Stocks plunged this week as investors cashed out ahead of key elections next week amid growing worries that valuation metrics could be up in the sky after weeks of solid gains.
By Chris Muronzi
The market gave up 0,64% on Tuesday, weighed down by losses in big caps. The mainstream All-Share Index gave up 0,64% on Tuesday to close at 118,53 points. Delta gave up 1,29% to close at US$2,33, while Econet plunged 1,62% to close at US$1,27. On Wednesday, shares plunged further to close 2,34% weaker as investors took further positions ahead of polls. The mainstream All Share Index gave up 2,34% to close at 115,03 points while the Zimbabwe Stock Exchange Top 10 gave up 2,69% on the same day as big caps took a major dive. Delta plunged 7,98% to close at US$2,15, while Econet fell 9,29% to close at US$1,26. The decline in equities is seen continuing until elections next Monday as investors play it safe given the high valuations in the market now. For instance, British America Tobacco had a price-to-book premium of 37,97 and a price-to-earnings ratio of 49,02 as at 30 June. This shows that BAT was trading at a premium to its book value of 37,97, while an investor had to part with US$49,02 for a dollar in RioZim earnings. Another counter, RioZim, was trading at a premium of 13,51 to its book value and a P/E of 22,44. These valuations are unusually higher than those obtaining in similar industries in other markets in other markets.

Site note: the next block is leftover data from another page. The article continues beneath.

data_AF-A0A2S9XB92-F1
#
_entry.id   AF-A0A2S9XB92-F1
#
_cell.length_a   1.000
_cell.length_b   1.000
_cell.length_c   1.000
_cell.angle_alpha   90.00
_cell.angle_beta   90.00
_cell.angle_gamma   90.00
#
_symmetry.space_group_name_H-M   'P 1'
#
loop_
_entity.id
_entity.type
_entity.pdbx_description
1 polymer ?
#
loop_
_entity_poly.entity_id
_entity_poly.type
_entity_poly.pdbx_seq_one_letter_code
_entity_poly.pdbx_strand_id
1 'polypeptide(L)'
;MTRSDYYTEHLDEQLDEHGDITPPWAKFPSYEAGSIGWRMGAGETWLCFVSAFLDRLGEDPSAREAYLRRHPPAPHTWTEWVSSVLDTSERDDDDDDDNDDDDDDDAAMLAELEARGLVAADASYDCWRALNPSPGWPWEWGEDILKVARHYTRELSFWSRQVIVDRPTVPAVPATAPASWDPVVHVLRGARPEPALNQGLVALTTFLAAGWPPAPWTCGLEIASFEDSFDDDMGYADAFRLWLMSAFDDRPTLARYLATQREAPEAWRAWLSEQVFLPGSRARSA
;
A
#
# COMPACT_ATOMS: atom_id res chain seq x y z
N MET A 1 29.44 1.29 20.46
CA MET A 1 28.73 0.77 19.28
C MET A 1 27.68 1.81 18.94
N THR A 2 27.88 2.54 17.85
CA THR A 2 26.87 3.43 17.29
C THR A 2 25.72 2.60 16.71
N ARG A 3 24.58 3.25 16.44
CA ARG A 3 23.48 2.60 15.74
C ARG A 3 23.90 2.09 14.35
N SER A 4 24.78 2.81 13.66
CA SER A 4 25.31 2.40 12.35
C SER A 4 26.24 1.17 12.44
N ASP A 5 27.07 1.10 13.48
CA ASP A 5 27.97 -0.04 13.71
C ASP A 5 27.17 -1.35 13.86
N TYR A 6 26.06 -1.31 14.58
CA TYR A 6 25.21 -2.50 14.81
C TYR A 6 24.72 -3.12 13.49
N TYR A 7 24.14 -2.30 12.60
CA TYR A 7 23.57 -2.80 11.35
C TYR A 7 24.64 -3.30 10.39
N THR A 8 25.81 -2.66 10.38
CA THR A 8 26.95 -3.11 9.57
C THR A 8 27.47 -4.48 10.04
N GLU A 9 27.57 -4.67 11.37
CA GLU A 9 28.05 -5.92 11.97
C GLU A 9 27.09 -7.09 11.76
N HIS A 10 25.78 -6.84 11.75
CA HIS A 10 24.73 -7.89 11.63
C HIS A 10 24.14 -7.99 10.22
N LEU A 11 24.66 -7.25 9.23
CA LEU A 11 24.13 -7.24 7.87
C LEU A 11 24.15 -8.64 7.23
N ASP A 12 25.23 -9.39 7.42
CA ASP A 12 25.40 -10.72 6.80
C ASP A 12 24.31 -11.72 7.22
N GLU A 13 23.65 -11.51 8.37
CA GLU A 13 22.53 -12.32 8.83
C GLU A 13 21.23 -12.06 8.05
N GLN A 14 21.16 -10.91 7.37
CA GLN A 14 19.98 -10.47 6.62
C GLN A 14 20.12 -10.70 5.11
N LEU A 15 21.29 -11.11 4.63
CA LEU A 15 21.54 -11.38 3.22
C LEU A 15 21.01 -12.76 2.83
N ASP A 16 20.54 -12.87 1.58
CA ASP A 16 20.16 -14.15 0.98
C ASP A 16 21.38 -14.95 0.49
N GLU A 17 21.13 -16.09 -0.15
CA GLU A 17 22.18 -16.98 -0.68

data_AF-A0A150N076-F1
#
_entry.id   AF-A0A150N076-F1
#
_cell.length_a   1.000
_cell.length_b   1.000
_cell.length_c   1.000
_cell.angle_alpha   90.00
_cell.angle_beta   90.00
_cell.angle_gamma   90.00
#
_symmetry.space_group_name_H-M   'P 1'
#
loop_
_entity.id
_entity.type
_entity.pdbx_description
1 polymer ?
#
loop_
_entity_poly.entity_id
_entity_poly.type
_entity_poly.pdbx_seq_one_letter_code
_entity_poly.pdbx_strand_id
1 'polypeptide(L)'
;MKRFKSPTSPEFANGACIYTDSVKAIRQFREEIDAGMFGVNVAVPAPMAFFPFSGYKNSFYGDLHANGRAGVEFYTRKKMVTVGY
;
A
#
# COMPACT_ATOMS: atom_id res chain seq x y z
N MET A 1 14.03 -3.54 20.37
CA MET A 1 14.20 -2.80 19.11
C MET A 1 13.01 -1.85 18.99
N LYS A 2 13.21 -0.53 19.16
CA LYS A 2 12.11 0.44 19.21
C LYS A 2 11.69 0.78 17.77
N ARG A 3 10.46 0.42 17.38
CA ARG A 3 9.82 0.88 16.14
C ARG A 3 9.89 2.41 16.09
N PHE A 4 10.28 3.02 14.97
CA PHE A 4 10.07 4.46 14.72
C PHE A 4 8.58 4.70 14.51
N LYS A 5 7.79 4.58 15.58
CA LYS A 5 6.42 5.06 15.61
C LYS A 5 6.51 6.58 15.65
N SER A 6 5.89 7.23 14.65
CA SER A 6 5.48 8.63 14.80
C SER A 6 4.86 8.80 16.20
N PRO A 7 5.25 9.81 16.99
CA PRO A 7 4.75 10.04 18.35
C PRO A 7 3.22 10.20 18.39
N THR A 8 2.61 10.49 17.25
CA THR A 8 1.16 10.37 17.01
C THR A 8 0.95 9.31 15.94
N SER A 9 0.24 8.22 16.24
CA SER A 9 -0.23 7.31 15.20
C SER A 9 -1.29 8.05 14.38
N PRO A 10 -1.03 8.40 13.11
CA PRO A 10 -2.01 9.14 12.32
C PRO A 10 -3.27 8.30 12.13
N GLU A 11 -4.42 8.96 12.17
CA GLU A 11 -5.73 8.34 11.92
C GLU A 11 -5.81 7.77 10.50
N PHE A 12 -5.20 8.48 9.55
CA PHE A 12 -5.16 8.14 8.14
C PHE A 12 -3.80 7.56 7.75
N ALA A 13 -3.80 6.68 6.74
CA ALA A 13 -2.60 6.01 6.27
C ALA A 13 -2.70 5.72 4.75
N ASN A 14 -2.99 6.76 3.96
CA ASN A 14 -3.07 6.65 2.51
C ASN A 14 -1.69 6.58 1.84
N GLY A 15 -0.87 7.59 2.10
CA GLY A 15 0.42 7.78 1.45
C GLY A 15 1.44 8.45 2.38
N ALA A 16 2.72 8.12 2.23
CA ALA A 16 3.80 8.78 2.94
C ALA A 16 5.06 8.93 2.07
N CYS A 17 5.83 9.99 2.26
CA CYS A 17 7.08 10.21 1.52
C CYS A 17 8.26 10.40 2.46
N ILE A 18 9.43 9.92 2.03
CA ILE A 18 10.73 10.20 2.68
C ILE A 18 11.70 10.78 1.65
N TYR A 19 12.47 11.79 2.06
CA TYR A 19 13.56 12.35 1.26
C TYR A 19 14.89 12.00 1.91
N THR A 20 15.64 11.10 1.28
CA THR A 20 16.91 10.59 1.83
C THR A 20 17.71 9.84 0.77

Share prices that have been rising owing to currency uncertainties which have spawned a bond/US dollar premium as high as 80% on the parallel market could be in for a further knock, depending on the outcome of next week’s election. A number of scenarios are seen playing out. Should the election be free and fair, this is seen unlocking foreign direct investment and narrowing the bond/US dollar premium, a development that will see a correction of valuations to levels in line with the real value of the securities. Should the elections be seen otherwise, analysts expect the discount to widen further and the value of shares to rise.